The UK is rubbish with the elements. A colleage of mine is stuck in Sweden du eto airport closure. It's ridiculous. Sweden has five times the amount of snow and -10, but airports have been open.
TV commentator this morning actually advising people to stay in the warm and not go to work...I thought it was snow not a zombie apocalypse!
The weather is not ideal but life doesn't have to stop, and if your young and fit make sure elderly neighbours have everything they need and pop over to the shop for them.
The pictures are beautiful and earlier today I shouted at myself for forgeting my camera as a man and two beautiful siberian huskies walked past me, looking like they were in their element :)
I'm not going to pretend I like this kind of weather but, like anything else, I make the most of it. It's not kept me in! A good pair of wellies and thinsulation are de rigeur! Not an option for everyone I know.
We have, as ever, been caught on the hop as if snow is some kind of phenemenon and not an annual occurrence in some form or other. I have noticed that, like in bright warm sunshine, people seem to be more communicative in these severe conditions. Good neighbours abound!
I was in M & S this afternoon and there was not a loaf of bread in sight. Let's hope it's not due to panic buying - a very selfish activity. While waiting at the bus stop heading home, from an unknown source, the far too loud sound of Slade (on the second day of Advent too!) made me turn heels and walk through the nearby Square's quiet snow. There's a lilac tree near me that has grown in to an arc over the pavement and looks quite magical. A passer by remarked that the sight of it made things seem not so bad. Hear , hear!
That's 2 days we've had a bright sky so a bit of a thaw - in places. The result is a variety of crunched snow, deep dirty slush, sheer ice and the odd bit of cleared and gritted pavement where folk can stride out at a near normal pace. In spite of these hurdles, the toon is fair breengin wi fowk. My chum and I found it hard to get a place to sit for coffee as everywhere was filled with scarved and jumpered groups well ensconced round cosy tables.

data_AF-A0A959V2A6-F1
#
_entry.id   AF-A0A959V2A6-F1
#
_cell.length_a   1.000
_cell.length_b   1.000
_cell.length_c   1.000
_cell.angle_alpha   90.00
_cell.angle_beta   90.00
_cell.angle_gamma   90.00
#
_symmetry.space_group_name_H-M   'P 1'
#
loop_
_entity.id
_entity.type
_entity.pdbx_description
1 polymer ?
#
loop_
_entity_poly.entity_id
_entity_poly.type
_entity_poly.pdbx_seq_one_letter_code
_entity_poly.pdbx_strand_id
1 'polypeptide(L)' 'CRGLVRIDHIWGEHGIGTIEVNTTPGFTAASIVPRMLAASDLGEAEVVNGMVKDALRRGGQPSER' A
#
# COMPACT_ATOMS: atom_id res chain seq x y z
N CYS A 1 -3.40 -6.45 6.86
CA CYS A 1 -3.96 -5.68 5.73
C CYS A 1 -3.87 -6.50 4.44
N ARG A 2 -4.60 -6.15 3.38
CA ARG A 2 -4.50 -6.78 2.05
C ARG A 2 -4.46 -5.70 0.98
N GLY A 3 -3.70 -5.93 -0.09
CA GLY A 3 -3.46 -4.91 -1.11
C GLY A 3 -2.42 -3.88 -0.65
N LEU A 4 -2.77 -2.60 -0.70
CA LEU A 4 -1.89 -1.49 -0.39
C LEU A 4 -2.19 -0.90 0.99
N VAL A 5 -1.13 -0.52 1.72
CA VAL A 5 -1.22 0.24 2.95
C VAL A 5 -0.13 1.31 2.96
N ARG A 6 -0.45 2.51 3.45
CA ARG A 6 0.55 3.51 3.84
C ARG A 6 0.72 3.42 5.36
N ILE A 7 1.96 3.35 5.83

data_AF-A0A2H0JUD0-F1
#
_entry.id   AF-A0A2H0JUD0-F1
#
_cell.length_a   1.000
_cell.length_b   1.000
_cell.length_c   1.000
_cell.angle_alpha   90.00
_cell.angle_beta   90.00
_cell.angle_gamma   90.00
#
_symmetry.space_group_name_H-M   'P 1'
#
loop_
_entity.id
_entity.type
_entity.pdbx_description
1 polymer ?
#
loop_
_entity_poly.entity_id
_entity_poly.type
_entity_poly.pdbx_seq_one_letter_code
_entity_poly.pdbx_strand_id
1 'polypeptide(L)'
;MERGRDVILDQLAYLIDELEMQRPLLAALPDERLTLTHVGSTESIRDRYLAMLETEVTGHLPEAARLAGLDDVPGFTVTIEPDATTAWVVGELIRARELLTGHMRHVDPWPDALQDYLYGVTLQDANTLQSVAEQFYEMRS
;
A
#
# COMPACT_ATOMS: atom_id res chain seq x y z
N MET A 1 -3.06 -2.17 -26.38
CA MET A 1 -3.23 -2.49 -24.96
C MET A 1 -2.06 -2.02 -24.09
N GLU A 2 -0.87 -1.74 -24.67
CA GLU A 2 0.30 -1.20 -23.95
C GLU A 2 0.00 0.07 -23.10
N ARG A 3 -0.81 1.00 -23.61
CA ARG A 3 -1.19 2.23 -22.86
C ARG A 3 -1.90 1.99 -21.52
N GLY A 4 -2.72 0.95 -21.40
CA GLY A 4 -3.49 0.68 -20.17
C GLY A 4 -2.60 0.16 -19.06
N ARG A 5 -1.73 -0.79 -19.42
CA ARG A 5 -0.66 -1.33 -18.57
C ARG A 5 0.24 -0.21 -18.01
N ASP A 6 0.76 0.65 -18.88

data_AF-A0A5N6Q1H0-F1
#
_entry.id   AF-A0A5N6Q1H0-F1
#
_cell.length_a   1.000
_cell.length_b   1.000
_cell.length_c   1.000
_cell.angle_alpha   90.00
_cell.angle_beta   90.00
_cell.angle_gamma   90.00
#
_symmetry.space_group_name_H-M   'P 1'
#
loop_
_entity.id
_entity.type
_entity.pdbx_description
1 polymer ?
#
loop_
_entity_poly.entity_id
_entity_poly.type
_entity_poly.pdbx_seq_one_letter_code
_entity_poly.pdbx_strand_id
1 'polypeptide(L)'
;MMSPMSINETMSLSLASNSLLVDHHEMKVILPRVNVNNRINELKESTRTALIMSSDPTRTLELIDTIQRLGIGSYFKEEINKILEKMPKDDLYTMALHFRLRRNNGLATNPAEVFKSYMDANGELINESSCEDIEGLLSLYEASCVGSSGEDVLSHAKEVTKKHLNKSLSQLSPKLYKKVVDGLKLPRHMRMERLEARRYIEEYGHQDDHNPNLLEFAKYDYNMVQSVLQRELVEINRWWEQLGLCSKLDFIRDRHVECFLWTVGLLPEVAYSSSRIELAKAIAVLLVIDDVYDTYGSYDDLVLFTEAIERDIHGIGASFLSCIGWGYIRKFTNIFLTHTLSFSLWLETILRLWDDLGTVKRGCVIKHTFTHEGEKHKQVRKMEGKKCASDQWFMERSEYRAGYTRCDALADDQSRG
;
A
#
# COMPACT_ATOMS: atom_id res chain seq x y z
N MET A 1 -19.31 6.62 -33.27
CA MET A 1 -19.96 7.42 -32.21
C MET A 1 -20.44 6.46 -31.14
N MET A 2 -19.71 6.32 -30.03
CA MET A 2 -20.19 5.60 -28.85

Children love seeing their footprints in the snow, breaking new ground with their patterned wellie boot soles. (Some of us still do that at a mound of fresh snow when nobody's about!) And we're not alone. The other night, two foxes were either fighting or playing in the snow in a nearby building site, making a whirling, menacing furry circle. They had gone next time I passed, but the snow clad mounds of builders' materials were covered in vulpine pawprints.
Visitors to the Capital migt get the impression in the city centre that the streets are being cleared, but a daunder away from there tells a different story. Residents are still struggling in the messy mix of conditions. Let's hope there's no repetition of last year when bins did not get emptied.
Meantime, get that extra ganzie on!